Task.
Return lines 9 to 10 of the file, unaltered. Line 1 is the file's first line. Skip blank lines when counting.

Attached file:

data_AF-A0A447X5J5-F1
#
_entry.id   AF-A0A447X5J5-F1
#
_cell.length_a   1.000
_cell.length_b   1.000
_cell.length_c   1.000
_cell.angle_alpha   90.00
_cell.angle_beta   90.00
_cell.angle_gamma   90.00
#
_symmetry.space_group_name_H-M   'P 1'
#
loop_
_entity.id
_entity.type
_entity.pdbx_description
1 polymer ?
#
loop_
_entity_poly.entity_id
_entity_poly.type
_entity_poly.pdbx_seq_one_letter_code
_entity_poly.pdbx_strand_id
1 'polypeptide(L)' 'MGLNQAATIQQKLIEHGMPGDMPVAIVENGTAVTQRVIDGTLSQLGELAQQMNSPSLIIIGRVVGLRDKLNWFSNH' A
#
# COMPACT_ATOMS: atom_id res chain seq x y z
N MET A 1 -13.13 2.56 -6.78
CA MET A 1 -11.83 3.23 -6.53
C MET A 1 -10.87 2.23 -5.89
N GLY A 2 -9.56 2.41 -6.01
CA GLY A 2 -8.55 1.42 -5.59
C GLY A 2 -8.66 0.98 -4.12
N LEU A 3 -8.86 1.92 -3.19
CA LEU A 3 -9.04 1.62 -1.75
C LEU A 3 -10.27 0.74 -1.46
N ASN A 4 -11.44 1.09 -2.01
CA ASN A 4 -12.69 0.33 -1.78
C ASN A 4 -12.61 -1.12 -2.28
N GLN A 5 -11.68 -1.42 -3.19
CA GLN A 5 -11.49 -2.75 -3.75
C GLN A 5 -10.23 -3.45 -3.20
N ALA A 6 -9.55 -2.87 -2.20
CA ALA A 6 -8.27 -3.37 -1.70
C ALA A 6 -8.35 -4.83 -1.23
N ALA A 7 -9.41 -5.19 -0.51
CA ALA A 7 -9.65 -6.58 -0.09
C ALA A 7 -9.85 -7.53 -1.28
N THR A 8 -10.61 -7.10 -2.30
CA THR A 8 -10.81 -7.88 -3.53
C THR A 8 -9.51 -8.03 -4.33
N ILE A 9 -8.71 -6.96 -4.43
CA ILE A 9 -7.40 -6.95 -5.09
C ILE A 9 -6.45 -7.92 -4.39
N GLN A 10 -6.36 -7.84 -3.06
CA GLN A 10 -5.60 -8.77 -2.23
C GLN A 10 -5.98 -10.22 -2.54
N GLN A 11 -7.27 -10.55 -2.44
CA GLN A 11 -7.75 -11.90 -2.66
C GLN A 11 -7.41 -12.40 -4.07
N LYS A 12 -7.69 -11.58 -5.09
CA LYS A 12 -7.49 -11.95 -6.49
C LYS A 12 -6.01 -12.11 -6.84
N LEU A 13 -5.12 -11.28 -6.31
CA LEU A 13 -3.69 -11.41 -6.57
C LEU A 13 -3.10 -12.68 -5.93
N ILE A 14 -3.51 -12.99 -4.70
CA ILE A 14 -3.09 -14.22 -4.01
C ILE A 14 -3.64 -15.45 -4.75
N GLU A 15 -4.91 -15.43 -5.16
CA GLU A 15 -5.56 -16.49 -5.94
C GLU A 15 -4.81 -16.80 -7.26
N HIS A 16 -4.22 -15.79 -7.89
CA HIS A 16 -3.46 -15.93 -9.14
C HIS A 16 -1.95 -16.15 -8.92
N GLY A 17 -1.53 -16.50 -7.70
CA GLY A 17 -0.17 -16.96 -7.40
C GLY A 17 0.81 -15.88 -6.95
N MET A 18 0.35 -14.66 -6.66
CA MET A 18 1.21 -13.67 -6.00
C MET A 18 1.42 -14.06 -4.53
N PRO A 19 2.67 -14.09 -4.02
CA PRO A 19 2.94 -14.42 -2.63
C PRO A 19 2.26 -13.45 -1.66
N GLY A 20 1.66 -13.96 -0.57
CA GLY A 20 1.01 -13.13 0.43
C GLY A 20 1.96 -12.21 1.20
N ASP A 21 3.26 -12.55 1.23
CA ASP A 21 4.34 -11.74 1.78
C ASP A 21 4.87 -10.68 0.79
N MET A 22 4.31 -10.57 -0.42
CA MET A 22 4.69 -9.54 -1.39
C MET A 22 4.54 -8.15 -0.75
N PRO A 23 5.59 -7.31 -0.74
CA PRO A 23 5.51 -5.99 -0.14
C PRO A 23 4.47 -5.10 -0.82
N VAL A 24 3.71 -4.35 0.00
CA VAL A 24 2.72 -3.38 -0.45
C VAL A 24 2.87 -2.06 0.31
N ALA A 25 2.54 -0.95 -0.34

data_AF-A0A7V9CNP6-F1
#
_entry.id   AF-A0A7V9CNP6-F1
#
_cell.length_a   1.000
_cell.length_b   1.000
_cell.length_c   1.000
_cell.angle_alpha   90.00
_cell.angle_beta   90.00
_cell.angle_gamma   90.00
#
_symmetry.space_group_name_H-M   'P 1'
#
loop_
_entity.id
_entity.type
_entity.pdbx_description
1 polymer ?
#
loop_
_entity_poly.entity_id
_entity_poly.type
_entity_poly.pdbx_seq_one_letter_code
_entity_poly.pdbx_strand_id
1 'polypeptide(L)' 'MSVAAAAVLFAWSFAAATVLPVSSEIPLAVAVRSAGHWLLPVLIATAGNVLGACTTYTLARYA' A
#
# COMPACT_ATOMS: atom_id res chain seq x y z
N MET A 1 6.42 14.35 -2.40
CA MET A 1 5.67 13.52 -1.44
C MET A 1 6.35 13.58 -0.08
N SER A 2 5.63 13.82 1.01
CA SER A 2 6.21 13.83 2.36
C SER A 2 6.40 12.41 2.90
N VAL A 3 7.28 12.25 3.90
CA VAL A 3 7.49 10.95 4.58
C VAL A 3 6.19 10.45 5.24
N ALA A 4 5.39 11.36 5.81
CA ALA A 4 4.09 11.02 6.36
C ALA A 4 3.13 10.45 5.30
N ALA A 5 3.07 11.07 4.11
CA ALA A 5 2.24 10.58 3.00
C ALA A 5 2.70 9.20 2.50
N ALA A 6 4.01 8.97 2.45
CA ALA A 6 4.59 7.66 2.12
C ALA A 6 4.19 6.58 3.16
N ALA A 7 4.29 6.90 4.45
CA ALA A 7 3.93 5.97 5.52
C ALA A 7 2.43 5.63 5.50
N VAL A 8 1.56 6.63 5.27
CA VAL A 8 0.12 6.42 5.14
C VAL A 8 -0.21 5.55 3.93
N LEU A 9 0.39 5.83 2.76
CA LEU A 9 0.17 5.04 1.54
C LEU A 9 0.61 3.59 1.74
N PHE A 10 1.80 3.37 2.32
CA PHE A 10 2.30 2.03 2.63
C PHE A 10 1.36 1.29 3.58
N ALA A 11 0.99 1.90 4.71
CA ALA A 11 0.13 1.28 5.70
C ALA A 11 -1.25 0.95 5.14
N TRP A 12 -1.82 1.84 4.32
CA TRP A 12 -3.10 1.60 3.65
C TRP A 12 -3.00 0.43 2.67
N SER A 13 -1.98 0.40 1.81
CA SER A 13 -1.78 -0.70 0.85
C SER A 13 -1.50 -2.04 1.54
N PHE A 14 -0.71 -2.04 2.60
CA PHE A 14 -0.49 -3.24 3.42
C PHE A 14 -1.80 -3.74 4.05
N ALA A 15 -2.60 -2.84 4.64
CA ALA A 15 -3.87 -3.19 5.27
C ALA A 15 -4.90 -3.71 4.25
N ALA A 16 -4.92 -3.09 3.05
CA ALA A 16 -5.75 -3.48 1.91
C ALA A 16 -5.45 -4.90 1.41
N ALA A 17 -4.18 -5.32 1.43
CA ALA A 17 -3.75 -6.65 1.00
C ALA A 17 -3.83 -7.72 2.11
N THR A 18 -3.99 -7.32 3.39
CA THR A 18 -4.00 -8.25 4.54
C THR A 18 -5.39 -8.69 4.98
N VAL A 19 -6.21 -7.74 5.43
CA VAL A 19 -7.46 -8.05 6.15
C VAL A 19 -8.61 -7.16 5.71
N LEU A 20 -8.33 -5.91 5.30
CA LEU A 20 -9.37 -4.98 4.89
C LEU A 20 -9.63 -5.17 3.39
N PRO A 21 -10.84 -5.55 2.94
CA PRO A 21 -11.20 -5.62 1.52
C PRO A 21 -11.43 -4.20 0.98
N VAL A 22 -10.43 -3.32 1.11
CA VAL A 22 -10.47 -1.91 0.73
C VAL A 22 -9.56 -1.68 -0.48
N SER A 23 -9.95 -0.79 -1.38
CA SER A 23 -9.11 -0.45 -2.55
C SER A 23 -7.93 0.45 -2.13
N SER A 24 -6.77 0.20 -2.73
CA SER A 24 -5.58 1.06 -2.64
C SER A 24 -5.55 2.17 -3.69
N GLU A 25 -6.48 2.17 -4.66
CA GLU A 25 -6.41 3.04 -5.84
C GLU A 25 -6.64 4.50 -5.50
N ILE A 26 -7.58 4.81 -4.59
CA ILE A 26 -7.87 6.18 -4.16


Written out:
_cell.angle_beta   90.00
_cell.angle_gamma   90.00